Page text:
NEW YORK (Reuters) - Popular online social network MySpace said on Tuesday it has identified, removed and blocked “a few thousand” user profiles of convicted sex offenders, as part of a program to protect its young members from adult predators.
The action comes a day after eight U.S. attorneys general demanded that the News Corp.-owned company hand over offenders’ names and addresses, and delete their profiles from among MySpace’s 175 million user base.
“We’ve made it clear we have a zero tolerance policy against convicted sex offenders,” MySpace Chief Security Officer Hemanshu Nigam said in a phone interview on Tuesday. “We’ve said numerous times that the goal was to delete them.”
Nigam said he was puzzled over the law enforcement authorities’ actions on Monday, which he said would require MySpace to break the law.
“While numerous Attorneys General have asked us to turn the names of the sexual predators over to them, we are, unfortunately, prohibited by federal and state laws from doing so,” Nigam said in a statement.
The AGs’ demands preceded a hearing on Tuesday for the “Protect Children from Sexual Predators Act” in North Carolina, a bill backed by North Carolina Attorney General Roy Cooper that requires online services such as MySpace to check the ages of members. Cooper is one of the eight AGs pushing MySpace to disclose the information.
The company said it was prohibited by the Electronic Communications Privacy Act of 1986, which protects a user’s electronic communication against government surveillance without a court order.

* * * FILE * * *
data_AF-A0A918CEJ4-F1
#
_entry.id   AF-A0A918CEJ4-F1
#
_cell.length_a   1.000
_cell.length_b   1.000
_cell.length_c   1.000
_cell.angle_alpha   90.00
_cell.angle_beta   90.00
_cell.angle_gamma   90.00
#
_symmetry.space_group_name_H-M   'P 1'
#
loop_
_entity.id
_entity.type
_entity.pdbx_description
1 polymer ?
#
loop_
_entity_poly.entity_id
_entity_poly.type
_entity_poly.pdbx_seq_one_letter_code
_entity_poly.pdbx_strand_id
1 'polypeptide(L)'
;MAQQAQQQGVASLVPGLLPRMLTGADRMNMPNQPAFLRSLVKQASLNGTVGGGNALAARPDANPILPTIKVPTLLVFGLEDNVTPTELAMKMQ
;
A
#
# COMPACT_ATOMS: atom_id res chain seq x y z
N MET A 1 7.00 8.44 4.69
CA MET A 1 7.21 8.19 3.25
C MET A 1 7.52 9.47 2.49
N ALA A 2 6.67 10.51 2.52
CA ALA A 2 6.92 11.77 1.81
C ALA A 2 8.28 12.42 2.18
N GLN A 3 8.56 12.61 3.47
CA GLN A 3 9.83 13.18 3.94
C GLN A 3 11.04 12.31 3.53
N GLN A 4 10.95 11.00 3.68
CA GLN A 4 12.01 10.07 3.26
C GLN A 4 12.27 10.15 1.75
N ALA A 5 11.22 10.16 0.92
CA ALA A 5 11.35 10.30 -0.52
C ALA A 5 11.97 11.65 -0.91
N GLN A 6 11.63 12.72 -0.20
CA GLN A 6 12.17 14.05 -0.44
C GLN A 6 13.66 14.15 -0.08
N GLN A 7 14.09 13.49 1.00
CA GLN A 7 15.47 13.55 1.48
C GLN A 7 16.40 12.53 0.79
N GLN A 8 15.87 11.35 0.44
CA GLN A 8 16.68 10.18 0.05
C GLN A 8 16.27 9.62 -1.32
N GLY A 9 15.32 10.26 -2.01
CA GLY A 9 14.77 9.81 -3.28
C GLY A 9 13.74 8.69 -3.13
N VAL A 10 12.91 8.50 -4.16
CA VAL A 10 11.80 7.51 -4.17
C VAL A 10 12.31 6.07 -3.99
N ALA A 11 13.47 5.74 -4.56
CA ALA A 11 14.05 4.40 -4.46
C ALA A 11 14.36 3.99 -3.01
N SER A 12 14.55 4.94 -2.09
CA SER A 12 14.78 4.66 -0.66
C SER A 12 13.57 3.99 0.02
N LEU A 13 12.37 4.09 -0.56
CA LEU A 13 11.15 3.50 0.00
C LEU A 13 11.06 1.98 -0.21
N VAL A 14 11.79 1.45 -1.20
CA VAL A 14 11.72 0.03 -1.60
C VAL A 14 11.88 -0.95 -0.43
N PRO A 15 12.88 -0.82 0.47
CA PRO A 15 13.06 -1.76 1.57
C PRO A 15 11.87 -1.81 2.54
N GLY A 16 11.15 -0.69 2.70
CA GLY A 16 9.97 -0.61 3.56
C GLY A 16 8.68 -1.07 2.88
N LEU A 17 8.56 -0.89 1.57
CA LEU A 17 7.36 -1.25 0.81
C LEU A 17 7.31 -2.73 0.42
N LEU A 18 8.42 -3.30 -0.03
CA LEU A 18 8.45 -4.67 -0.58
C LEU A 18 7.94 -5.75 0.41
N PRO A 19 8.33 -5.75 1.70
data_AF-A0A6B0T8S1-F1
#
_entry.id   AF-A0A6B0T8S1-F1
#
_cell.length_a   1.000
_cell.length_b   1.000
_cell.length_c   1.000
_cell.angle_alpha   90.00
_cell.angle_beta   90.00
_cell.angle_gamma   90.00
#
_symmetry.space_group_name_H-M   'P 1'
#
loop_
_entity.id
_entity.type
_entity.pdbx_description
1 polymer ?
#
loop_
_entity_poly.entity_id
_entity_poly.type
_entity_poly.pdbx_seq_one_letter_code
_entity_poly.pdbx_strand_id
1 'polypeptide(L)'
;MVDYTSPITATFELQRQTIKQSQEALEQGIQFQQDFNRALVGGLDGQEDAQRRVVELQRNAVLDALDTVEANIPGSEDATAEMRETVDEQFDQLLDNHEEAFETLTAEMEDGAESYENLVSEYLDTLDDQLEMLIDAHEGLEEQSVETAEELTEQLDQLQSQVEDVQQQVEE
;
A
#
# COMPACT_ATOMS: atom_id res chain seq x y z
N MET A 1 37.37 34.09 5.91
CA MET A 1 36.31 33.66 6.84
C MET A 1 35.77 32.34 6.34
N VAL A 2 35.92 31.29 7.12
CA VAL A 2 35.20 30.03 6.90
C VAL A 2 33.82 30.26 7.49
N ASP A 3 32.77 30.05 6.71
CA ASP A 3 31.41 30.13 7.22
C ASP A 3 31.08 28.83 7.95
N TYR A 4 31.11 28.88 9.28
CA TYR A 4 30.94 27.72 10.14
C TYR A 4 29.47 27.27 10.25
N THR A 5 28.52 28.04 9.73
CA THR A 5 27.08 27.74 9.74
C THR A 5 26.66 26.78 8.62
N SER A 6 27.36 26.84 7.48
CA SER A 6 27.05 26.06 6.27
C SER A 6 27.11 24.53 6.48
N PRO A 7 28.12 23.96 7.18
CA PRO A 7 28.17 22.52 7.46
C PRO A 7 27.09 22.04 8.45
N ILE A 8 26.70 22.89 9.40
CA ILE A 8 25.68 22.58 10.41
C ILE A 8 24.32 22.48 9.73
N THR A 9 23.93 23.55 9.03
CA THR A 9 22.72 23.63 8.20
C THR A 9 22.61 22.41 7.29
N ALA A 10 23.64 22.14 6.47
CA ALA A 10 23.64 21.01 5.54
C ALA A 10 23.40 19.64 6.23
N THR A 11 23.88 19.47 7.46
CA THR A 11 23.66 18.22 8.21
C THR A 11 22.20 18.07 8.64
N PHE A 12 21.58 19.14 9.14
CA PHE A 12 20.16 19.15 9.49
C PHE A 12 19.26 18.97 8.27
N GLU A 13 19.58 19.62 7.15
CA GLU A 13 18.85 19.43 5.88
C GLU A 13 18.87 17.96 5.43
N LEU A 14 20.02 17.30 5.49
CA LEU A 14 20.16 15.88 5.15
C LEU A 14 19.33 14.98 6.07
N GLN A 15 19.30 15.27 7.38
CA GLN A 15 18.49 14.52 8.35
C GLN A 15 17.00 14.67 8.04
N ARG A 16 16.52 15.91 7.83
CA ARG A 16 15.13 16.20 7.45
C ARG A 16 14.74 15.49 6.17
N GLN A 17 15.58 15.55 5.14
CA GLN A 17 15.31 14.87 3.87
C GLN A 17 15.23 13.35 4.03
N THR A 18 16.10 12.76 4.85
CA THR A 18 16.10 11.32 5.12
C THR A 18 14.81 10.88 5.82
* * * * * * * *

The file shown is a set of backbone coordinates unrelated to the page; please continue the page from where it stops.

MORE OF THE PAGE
MySpace has come under attack over the past year after some of its young members fell prey to adult predators posing as minors. The families of several teenage girls sexually assaulted by MySpace members sued the service in January for failing to safeguard its young members.
MySpace and background verification company Sentinel Tech Holdings Corp. said late last year they planned to develop the first U.S. national database of convicted sex offenders to make it easier to keep track of predators.
The company also vowed to give free access of the database to the National Center for Missing & Exploited Children, a group which helps law enforcement in their investigations.
Convicted sex offenders are required by law to register their contact information with local authorities. But the information is only available in regional databases and has never been available on a national scale.
There are about 600,000 registered convicted offenders in the U.S.
One part of the new technology was made available on May 2 to MySpace, which began cross referencing its user profiles against the new database, Nigam said.
The profiles of suspected offenders were then manually checked by a MySpace staff member before users were removed and blocked from the service, Nigam said.
U.S. lawmakers in January proposed requiring sex offenders to register valid e-mail and instant messaging addresses with law enforcement authorities to better protect kids using sites like MySpace.
“We are doing everything short of breaking the law to ensure that the information about these predators gets to the proper authorities,” Nigam said. “MySpace stresses that it does want to work with the Attorneys General to find a way to make sure the information gets into the right hands.”
Nigam said the company is still working on a more efficient system to provide updates of information on offenders deleted from the site to the missing kids group.
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